But Integrated Action is not there yet. This experiment could still go badly wrong. A predominantly military program could give the armed forces dominion over all aspects of governance and development. Failure to address land tenure could concentrate landholding in fewer hands. Continued herbicide fumigations and mass arrests could undermine the population's fragile trust in the government. Poor coordination between government bureaucracies could leave promises unfulfilled.

    We recommend several changes to the U.S.-supported approach. These must be implemented before Integrated Action can be considered a model for Afghanistan or anywhere else.

    The U.S. and Colombian governments must:

    • Civilianize the Integrated Action strategy as soon as security conditions allow it.
    • Coordinate cooperation between disparate government institutions, and give political clout to the civilian coordinators so that they can compel participation.
    • Consult with communities about every decision that affects them.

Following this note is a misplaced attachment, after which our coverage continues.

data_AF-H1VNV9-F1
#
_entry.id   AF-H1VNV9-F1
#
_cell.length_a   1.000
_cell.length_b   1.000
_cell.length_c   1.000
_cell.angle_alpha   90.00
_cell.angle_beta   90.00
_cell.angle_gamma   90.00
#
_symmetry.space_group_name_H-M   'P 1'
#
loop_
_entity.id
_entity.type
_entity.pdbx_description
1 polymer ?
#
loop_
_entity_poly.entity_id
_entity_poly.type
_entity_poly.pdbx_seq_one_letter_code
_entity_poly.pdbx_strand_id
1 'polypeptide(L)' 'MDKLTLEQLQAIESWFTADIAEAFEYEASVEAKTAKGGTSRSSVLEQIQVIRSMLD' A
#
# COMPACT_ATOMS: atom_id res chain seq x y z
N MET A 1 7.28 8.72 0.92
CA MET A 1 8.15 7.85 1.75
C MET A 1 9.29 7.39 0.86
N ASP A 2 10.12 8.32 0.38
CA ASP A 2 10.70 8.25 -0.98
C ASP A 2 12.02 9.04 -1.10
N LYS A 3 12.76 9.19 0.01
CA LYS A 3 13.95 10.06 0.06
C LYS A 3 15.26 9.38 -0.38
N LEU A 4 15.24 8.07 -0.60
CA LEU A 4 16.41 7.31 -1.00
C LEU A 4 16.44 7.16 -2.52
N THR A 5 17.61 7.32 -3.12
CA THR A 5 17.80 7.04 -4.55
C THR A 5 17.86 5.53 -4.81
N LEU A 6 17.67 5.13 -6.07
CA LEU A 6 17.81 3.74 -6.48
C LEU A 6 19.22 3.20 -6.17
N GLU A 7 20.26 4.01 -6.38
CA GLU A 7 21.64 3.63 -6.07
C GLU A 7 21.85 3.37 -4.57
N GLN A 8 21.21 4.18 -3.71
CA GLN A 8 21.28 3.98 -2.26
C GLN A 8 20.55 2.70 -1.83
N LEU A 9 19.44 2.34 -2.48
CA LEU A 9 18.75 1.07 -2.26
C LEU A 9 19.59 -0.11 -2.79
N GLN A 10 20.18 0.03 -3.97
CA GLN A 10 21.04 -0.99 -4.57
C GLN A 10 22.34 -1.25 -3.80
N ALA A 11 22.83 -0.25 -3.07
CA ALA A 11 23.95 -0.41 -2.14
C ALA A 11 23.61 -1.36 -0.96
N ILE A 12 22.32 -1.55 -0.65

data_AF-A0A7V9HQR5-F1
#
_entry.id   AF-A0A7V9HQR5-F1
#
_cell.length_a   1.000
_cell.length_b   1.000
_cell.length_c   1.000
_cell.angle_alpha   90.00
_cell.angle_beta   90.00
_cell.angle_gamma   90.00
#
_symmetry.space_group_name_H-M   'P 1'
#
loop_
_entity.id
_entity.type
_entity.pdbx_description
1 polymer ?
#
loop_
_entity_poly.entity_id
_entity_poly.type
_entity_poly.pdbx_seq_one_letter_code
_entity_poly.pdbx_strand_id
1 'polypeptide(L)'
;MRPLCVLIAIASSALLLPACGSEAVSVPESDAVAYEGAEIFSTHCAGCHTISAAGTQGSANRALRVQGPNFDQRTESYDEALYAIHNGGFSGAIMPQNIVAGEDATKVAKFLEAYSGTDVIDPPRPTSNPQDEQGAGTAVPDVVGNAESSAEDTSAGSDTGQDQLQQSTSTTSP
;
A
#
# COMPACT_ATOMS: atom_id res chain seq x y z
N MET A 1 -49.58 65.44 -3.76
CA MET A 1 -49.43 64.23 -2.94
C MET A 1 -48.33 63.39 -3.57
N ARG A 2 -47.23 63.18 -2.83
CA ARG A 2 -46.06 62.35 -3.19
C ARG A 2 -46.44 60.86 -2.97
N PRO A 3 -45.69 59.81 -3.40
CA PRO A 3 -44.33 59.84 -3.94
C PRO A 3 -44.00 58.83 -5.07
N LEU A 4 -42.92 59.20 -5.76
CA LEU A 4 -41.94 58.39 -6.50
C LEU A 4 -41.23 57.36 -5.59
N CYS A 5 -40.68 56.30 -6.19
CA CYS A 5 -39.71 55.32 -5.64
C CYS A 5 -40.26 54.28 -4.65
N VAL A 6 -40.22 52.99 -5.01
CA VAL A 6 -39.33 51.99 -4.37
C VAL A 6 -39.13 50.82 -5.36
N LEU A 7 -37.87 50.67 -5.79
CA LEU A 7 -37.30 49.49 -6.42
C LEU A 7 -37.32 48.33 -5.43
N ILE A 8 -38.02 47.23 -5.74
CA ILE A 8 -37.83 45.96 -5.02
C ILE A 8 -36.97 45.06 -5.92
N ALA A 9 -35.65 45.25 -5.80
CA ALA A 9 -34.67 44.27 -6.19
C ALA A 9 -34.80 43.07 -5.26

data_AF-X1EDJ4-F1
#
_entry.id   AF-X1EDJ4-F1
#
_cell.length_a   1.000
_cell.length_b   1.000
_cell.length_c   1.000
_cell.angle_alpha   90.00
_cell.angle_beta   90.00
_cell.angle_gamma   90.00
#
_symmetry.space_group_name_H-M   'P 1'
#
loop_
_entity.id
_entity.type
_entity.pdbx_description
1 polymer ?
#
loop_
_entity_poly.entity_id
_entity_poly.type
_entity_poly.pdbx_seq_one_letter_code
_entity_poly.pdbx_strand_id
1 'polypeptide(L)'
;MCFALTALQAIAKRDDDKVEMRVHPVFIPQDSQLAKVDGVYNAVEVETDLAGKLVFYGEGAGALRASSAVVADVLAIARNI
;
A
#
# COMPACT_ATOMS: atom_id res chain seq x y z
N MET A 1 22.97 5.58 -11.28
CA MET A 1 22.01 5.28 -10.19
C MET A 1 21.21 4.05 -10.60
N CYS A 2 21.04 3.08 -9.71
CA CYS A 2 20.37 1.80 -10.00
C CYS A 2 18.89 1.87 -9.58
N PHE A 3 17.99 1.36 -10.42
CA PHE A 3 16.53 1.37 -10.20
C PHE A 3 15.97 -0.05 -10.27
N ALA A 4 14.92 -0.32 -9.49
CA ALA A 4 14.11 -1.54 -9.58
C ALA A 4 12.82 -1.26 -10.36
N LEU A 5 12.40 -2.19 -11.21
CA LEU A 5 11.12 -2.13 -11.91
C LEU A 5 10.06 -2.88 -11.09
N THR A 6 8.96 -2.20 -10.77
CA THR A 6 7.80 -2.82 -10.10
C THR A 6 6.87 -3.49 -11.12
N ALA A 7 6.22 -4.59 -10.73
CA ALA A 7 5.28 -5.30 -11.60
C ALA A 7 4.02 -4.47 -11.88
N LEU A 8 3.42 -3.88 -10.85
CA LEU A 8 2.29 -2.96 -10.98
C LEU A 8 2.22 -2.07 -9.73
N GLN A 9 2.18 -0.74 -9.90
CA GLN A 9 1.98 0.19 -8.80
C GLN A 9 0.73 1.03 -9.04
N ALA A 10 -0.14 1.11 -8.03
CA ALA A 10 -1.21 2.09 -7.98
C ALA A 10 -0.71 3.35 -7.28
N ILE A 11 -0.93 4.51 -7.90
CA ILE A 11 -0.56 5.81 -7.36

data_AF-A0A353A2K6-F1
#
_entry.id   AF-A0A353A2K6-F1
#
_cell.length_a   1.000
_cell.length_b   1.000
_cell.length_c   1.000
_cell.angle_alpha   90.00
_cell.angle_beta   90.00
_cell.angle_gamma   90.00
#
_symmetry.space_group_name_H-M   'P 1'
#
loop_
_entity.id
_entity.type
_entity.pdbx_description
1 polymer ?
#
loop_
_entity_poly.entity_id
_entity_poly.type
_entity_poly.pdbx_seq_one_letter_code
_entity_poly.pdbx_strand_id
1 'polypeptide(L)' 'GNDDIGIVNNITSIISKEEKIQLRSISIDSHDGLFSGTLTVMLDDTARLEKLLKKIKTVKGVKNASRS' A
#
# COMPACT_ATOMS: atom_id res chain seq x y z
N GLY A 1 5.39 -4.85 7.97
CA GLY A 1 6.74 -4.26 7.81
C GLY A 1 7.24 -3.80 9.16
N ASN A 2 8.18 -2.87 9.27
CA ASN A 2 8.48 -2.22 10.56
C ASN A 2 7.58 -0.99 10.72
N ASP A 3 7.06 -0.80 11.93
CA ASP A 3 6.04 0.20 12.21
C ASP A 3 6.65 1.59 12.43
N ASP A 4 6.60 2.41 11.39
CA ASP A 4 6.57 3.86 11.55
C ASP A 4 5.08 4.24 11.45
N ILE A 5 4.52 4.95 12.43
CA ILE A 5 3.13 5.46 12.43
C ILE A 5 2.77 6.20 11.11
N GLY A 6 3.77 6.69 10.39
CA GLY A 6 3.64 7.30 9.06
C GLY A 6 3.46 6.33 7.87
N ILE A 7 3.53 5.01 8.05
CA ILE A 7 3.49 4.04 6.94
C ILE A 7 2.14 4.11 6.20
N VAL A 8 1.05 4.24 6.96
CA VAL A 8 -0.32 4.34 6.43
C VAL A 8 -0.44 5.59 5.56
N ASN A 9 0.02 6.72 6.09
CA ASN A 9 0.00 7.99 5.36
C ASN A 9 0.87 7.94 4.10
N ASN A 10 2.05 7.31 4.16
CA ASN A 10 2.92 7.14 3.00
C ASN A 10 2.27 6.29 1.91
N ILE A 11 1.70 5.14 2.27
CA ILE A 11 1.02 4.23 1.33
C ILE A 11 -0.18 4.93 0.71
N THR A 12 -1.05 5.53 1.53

• Work carefully with, and be prepared to say "no" to, local political and economic elites.
    • Act more quickly to resolve land tenure and property rights.
    • Quickly and transparently investigate and punish any allegations of abuse, corruption or predatory behavior.
    • Commit to sustainability by making clear that this effort is for the long haul.

    The Center for International Policy is proud to present these recommendations in After Plan Colombia, a new report from our Latin America Security Program. This 40-page, richly illustrated report explains how the U.S. and Colombian governments arrived at this model, explores its design, and narrates "what we saw and heard" on our field visits to the La Macarena and Montes de María zones.

    We expect our analysis to inform the lively debate about the future of U.S. policy toward Colombia, which is at a crossroads as the Obama administration reviews its approach. We also hope that After Plan Colombia may contribute to the debate over the U.S. role in Afghanistan — or anywhere else that we may be considering "civilian surges" into ungoverned areas.